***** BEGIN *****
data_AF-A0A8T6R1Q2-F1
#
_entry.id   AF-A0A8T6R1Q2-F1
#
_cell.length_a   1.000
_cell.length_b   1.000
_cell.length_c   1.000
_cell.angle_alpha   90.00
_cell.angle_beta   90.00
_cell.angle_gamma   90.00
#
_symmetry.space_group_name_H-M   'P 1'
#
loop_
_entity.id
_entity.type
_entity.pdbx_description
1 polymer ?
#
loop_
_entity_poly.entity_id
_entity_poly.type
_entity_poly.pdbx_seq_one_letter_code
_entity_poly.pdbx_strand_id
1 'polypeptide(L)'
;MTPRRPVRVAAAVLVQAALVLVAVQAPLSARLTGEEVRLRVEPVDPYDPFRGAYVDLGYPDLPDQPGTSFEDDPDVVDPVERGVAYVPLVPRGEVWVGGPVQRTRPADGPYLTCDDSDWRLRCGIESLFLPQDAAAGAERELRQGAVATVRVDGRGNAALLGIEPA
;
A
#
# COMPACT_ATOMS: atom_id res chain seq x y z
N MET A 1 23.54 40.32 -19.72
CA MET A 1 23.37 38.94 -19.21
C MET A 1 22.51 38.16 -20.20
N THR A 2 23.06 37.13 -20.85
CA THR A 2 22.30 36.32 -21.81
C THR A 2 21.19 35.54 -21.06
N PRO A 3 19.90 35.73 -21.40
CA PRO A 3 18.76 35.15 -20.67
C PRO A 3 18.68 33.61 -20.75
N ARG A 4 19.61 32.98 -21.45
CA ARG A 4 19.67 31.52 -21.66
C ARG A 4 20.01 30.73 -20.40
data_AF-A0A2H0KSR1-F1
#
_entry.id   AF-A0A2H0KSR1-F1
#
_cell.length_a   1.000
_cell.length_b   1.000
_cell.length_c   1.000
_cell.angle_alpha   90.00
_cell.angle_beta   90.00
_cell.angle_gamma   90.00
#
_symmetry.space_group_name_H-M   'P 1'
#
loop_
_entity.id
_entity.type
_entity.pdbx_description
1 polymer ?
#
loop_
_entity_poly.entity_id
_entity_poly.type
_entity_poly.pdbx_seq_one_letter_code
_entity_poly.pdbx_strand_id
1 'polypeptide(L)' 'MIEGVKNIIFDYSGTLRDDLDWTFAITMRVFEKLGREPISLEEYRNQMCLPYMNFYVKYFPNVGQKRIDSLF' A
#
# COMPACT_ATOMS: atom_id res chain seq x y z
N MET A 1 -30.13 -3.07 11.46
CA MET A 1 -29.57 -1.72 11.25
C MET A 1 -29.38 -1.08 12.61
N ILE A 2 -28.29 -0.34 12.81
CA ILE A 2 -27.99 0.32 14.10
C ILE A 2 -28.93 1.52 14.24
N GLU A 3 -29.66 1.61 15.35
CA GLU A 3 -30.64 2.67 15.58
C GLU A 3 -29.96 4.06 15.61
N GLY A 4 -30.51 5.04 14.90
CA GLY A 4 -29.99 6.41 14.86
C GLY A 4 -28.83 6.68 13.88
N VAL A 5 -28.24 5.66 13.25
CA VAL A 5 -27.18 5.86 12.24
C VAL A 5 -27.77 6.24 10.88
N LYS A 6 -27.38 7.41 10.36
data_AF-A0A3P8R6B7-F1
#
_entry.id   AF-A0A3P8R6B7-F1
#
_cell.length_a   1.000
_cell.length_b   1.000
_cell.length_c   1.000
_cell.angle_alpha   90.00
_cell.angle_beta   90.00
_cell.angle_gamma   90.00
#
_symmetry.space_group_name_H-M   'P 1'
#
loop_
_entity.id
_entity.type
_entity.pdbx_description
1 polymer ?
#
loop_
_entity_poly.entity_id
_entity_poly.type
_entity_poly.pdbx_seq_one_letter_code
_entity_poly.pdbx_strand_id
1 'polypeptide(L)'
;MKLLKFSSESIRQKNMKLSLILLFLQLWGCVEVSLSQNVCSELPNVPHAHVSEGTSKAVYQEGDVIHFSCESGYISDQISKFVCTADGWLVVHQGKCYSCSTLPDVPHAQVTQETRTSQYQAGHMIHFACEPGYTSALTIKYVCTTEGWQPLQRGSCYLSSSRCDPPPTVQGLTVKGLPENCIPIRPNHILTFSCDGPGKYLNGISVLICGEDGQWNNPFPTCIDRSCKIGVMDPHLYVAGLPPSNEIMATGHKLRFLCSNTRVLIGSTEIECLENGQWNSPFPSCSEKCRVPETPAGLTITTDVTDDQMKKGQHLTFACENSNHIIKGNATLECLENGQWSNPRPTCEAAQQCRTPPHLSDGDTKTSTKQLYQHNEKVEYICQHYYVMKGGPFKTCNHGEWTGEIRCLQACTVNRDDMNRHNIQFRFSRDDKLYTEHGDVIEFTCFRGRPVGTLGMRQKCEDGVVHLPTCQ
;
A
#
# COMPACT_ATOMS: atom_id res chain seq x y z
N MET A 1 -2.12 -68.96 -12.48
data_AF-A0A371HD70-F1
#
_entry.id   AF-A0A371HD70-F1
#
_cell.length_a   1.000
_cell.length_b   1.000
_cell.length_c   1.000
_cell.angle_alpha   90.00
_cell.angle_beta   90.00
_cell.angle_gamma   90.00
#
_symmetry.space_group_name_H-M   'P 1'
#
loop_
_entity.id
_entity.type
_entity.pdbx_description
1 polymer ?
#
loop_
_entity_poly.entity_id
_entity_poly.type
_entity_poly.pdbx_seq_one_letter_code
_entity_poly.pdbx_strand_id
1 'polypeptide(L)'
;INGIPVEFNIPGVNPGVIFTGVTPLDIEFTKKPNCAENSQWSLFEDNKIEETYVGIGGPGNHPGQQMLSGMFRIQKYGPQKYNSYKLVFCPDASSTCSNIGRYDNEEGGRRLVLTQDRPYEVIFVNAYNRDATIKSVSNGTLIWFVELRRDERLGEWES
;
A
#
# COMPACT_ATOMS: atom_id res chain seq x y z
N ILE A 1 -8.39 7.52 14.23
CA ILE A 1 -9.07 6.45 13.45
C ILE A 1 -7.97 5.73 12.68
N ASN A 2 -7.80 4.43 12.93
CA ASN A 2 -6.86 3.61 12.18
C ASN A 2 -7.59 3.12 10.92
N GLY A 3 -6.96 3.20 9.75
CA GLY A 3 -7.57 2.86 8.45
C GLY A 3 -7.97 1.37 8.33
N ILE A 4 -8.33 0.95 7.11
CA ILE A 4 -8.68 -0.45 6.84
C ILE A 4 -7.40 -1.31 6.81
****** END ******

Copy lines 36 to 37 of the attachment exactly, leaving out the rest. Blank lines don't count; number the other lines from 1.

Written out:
C THR A 2 21.19 35.54 -21.06
N PRO A 3 19.90 35.73 -21.40